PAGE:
13 March 2020

Questioning Forensic Psychology

Welcome back. Nearly two years ago, on another website, I described two problems confronting forensic science--the application of scientific principles and techniques to criminal justice (reposted here as Forensic Science Gap).

One problem is that forensic science is, well, short on science. The second problem was that the Trump administration had just terminated an Obama-era initiated commission established to research and make recommendations for improving forensic professionals and laboratories.

Forensic science can be short on science (graphic from www.knowablemagazine.org/article/society/2018/when-courtroom-science-goes-wrong-and-how-stats-can-fix-it).
I’ll pass on revisiting the second problem, but a recent study stirred thoughts about the first problem.

My earlier post addressed forensic methods, such as bite mark analysis, which evolved outside of traditional science before Supreme Court rulings led to the requirement that scientific evidence must be both reliable and relevant.

The recent thought-stirring study concerns forensic psychology, where psychological science or professional practice is applied to help resolve legal, contractual or administrative matters. It appears that forensic psychology is also short on science.

Forensic psychologist contribution in legal matters
(from Forensic Psychology Essentials webinar
Forensic Psychology Study
A team of researchers affiliated with Arizona State, Vanderbilt, California and Nebraska-Lincoln universities conducted a two-part investigation.

They first reviewed the scientific basis of 364 psychological assessment tools identified in 22 surveys of mental health practitioners as having been used or acceptable for use in forensic settings.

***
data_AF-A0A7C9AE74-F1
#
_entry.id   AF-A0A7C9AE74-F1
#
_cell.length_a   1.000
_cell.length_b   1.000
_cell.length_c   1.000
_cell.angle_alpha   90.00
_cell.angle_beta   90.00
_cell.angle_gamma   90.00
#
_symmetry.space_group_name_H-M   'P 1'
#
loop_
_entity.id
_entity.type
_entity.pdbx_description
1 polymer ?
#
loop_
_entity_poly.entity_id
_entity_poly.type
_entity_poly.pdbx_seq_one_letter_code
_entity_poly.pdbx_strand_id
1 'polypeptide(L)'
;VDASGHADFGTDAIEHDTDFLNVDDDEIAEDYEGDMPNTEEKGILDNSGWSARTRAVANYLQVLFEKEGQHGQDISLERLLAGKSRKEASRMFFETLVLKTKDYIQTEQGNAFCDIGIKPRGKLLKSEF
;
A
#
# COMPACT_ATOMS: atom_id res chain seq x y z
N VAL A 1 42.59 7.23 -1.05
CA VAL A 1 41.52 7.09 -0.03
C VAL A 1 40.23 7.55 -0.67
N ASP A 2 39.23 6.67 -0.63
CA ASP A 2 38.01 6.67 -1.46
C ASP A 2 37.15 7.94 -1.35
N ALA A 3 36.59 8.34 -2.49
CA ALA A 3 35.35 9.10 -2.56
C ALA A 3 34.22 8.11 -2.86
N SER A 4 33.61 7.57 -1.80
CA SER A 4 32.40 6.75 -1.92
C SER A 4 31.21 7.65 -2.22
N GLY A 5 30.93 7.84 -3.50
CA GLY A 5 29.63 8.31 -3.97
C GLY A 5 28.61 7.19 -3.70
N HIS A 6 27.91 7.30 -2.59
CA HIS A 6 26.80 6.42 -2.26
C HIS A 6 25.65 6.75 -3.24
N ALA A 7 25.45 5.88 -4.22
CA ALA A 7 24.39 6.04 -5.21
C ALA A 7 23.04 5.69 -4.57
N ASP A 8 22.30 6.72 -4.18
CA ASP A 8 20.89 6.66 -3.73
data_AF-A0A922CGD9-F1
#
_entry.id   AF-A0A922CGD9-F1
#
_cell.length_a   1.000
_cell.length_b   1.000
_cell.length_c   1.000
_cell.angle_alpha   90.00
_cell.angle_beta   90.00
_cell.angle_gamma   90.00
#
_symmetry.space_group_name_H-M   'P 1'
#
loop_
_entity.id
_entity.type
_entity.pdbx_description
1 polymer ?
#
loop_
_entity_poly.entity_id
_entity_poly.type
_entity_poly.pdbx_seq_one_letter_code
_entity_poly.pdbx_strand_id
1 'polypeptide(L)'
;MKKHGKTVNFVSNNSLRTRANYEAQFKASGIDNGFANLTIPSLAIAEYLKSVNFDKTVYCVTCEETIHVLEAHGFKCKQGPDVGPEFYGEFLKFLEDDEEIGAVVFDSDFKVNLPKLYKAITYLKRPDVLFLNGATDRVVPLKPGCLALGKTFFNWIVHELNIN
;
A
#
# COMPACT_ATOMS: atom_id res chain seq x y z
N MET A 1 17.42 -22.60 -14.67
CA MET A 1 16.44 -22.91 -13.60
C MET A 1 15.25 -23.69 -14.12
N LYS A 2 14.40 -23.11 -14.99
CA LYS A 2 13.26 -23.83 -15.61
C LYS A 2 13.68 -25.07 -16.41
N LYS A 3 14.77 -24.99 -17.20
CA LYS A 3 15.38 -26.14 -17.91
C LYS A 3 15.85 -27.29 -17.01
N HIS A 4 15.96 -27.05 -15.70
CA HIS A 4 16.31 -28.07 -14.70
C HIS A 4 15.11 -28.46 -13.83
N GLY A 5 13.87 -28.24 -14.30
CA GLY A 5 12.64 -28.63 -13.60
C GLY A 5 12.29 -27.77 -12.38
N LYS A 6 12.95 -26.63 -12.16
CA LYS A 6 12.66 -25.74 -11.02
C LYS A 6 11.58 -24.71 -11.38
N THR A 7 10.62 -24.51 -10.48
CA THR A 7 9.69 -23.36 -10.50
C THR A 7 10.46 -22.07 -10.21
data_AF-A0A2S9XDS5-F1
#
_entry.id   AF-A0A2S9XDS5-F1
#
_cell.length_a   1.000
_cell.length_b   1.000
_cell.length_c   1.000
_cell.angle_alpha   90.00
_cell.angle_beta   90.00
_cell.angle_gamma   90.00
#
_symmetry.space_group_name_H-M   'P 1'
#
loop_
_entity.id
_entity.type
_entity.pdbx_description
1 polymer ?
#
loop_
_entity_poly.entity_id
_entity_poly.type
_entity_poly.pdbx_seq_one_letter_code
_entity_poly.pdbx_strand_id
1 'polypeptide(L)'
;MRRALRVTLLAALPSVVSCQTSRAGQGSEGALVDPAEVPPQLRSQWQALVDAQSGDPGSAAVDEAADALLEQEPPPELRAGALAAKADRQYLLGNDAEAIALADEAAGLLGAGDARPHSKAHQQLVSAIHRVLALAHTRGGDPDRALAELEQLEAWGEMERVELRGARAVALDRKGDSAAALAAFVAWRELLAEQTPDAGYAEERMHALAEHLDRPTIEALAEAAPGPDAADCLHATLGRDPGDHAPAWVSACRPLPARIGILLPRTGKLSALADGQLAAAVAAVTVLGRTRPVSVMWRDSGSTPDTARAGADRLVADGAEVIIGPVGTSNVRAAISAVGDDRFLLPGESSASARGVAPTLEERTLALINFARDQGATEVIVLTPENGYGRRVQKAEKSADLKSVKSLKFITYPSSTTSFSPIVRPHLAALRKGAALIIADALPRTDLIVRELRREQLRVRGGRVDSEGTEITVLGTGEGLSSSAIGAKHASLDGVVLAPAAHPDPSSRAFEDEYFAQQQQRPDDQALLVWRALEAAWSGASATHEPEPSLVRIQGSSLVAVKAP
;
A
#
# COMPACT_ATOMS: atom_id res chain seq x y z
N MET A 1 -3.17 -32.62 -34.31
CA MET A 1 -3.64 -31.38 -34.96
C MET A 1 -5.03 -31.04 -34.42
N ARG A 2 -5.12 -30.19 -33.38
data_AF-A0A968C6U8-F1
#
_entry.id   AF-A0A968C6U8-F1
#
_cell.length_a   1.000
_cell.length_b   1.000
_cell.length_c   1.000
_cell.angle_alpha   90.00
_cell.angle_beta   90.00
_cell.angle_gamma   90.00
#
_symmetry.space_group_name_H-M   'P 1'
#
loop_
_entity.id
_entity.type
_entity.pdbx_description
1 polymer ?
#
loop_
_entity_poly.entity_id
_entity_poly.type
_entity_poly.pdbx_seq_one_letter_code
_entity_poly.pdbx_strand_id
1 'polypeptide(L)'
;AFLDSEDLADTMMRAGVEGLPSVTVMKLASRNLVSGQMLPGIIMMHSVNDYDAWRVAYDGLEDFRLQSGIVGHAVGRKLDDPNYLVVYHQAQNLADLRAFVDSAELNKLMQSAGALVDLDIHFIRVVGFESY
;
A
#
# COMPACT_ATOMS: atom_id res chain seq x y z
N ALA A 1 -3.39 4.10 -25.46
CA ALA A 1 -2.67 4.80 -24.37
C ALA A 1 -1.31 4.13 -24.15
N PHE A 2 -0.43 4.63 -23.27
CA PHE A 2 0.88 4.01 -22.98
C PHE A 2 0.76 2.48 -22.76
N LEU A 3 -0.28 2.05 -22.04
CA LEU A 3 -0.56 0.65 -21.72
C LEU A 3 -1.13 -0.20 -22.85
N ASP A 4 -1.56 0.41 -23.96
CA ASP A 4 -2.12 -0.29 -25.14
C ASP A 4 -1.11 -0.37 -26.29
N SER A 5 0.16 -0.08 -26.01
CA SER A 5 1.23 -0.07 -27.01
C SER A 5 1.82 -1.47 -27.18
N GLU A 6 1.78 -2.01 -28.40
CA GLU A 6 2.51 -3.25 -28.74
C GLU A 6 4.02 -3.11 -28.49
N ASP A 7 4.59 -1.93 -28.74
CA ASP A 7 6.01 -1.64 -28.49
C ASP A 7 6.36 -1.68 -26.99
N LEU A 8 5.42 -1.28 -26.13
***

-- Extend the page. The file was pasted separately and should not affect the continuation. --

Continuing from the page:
The second part of the investigation analyzed legal challenges to admitting evidence provided by these tools.

Psychological Assessment Tools
The 364 psychological assessment tools reviewed by the researchers included:
- aptitude, achievement, personality, psychological and diagnostic tests;
- measures designed for both adults and youth; and
- tools that can be used to address referral questions (e.g., competence or fitness to stand trial, violence or sexual offender risk assessment, mental state at time of offense, aid in sentencing, disability, child custody or protection, civil commitment, civil tort, guardianship, competency to consent to treatment, juvenile transfer to adult court, fitness for duty and capacity to waive Miranda rights).

Forensic psychological assessment testing
(photo from www.sacap.edu.za/blog/psychology/types-of-psychology/).
They could not find manuals for about a quarter of the tools and postulated that about 10% have no manual.

More significant, about 37% of the 364 tools lacked any authoritative reviews in recognized review sources (e.g., Mental Measurements Yearbook). Of the tools reviewed, only about 40% received generally favorable reviews. Reviews of 37% of the tools were mixed, and reviews of 23% were generally unfavorable. Some tools had apparently been published without scientific peer review or scientifically sound testing.

Court Acceptance of Psychological Assessment Tools
To focus the second part of the investigation, the researchers selected 30 of the 364 tools as exemplars. This subset of tools represented a wide range of legal issues and forensic referral questions as well as a variety of general acceptance and quality.

The researchers searched three example years, 2016, 2017 and 2018, and found 372 state and federal cases that had used one of the 30 tools. The tool’s admissibility or the admissibility of testimony relying on the tool was challenged in only 19 of the 372 cases, and only 6 challenges succeeded.

The admissibility challenges in the 19 cases involved 9 of the 30 psychological assessment tools. Of the 9 tools, 5 had favorable reviews, 2 had mixed reviews, and 2 lacked any review but were generally accepted.

Wrap Up
The study found that many of the assessment tools used by psychologists and admitted into legal contexts have weak or unknown scientific foundations. Attorneys rarely challenge the expert evidence, and judges tend not to subject psychological assessment evidence to the scrutiny required by the law.

In short, evidentiary challenges to psychological tools are rare, and challenges to scientifically suspect tools are even rarer or nonexistent. The researchers hope the study will help bring about change.

Thanks for stopping by.

Study of psychological assessments in legal contexts in Psychological Science in the Public Interest journal: journals.sagepub.com/stoken/default+domain/10.1177%2F1529100619888860+-+FREE/pdf
Articles on study on Assoc. for Psychological Science and EurekAlert! websites:

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